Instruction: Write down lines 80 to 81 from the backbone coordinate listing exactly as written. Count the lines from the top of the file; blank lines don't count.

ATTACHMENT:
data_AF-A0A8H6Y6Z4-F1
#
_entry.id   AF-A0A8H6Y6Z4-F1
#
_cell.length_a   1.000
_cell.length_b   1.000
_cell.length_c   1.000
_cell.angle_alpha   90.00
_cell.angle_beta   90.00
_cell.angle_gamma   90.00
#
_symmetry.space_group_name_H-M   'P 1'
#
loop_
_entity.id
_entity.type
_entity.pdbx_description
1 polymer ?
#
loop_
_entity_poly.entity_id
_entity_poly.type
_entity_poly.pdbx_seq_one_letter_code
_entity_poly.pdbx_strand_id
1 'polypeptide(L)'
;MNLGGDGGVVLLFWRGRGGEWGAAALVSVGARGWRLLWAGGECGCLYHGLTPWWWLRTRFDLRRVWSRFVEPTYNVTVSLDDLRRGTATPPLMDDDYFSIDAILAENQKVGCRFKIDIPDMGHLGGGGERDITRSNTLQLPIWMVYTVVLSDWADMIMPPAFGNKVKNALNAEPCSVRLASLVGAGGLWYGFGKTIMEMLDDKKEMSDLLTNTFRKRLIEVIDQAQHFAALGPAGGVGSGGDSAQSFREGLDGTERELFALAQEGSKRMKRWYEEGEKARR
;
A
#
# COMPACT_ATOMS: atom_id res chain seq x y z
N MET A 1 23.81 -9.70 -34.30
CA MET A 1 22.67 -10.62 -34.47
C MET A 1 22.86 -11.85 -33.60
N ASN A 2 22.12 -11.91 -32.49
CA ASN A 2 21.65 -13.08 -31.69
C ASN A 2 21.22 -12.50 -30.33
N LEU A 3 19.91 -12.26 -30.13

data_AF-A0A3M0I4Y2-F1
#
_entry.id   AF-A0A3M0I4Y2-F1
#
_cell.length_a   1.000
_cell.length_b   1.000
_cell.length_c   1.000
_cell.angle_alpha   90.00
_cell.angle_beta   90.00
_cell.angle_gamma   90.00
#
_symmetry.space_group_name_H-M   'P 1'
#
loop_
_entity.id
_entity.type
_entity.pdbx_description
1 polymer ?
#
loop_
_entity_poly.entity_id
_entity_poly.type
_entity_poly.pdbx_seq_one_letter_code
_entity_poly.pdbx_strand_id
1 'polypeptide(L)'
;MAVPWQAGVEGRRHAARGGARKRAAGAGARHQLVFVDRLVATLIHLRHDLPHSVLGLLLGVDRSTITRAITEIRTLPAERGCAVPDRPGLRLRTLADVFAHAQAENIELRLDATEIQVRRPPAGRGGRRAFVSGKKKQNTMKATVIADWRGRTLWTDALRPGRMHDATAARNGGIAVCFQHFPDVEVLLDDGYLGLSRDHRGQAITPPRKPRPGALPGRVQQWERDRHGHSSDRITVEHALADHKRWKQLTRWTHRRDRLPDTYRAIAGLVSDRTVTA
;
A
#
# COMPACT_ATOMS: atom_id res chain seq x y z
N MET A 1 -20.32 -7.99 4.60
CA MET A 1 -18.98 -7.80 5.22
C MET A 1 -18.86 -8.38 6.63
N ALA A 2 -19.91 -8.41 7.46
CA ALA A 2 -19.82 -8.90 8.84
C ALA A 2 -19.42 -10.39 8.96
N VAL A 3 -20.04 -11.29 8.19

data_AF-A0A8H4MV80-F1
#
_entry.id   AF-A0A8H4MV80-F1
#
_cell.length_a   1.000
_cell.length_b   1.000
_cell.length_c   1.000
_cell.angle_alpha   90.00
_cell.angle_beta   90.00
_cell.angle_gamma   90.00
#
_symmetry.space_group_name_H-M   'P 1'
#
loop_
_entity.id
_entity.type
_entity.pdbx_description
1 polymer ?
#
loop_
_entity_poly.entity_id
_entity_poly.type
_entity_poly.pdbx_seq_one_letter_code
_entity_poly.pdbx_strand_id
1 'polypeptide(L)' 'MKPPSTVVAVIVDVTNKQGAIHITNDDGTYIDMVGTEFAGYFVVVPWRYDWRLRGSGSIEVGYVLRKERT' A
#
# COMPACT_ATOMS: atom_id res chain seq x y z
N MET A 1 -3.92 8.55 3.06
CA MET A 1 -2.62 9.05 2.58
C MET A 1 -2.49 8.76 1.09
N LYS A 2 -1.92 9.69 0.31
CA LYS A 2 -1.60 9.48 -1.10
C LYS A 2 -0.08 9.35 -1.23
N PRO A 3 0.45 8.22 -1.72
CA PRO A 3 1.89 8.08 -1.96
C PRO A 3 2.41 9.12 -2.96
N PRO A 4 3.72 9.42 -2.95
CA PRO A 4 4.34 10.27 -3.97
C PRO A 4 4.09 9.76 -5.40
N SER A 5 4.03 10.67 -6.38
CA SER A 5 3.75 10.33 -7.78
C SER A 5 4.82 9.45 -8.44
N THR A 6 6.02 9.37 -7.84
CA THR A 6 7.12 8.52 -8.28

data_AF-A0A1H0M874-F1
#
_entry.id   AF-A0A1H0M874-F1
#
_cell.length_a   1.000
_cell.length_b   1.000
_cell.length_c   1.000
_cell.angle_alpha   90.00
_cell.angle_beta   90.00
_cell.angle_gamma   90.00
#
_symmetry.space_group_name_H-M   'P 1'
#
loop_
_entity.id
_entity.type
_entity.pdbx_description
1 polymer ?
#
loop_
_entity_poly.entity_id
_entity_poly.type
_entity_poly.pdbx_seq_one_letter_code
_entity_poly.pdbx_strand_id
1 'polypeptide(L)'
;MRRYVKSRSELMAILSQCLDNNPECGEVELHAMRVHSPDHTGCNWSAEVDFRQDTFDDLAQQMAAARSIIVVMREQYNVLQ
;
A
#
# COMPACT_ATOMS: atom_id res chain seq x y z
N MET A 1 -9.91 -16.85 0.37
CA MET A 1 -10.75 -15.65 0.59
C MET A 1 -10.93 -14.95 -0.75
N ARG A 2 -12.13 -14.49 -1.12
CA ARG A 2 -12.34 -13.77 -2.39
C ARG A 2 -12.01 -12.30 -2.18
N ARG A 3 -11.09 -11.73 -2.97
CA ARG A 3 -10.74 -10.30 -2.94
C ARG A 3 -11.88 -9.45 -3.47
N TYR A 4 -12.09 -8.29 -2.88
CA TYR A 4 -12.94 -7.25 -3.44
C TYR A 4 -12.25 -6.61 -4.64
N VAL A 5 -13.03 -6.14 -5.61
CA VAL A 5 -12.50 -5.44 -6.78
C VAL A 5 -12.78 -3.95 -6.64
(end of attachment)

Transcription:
_cell.length_b   1.000
_cell.length_c   1.000